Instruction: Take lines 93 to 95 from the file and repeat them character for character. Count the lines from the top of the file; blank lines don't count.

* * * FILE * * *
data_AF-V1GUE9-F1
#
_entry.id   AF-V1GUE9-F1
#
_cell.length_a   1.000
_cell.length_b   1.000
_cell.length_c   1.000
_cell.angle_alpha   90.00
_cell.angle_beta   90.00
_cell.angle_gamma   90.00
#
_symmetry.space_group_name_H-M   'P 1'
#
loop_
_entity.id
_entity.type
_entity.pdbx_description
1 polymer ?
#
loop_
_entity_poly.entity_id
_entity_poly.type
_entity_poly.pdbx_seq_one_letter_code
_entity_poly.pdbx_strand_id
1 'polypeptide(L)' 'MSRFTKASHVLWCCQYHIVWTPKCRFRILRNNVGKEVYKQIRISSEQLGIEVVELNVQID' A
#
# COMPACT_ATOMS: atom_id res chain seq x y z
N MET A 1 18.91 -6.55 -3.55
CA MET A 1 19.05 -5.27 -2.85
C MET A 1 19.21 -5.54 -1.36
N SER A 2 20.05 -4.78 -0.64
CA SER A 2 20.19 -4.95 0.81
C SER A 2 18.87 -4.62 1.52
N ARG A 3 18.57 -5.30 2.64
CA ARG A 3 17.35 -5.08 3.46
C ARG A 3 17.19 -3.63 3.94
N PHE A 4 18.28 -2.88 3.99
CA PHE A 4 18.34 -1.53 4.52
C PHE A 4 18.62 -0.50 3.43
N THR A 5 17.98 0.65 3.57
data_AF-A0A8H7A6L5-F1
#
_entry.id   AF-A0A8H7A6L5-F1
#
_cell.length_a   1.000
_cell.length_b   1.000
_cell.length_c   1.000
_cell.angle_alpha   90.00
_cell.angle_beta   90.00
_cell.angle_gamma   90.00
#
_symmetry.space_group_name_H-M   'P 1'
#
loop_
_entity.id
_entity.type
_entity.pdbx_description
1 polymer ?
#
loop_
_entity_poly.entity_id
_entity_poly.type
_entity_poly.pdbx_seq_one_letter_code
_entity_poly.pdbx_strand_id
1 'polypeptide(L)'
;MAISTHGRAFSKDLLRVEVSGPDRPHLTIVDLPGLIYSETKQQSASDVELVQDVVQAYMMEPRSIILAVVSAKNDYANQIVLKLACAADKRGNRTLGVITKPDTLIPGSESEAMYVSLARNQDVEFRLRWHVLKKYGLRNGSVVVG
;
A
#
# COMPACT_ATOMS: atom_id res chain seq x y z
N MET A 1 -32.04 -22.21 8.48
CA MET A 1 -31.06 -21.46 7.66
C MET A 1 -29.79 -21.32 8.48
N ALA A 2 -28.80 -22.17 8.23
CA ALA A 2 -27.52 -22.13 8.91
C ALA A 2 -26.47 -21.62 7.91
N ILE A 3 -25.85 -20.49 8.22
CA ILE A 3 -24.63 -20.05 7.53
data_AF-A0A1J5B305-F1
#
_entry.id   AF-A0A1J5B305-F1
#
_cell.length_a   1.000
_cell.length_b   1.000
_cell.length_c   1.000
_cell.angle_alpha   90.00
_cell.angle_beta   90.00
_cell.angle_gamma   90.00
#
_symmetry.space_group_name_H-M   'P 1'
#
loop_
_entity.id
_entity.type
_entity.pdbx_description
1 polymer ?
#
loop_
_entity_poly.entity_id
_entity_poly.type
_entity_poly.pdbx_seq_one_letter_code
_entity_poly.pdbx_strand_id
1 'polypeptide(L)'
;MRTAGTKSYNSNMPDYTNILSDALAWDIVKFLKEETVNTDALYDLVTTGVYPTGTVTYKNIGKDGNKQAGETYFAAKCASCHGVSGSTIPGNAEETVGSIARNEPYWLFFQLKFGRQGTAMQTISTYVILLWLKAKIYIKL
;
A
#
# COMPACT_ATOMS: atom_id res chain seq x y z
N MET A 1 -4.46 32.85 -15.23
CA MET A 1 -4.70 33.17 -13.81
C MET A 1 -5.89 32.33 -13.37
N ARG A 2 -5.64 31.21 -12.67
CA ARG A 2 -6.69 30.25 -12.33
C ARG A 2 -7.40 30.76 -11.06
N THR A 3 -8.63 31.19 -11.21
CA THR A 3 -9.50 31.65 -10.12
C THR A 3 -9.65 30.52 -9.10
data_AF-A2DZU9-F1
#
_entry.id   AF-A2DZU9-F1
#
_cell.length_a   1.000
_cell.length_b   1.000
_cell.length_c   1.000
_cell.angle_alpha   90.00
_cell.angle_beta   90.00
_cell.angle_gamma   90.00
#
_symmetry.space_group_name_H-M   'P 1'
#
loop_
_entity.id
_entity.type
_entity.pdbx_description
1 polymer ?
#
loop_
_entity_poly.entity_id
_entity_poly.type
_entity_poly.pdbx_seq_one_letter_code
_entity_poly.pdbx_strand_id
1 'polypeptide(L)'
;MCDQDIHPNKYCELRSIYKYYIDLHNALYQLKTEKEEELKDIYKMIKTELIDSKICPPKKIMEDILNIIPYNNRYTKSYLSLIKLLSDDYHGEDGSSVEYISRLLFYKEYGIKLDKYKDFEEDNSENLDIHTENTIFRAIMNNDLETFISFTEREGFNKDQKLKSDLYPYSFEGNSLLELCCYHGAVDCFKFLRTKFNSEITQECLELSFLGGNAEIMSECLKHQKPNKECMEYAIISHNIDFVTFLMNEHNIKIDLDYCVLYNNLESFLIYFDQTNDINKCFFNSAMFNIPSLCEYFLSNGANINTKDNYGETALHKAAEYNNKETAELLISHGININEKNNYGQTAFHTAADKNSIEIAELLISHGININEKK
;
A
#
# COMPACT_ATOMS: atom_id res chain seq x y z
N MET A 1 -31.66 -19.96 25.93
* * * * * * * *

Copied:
_entity.id
_entity.type
_entity.pdbx_description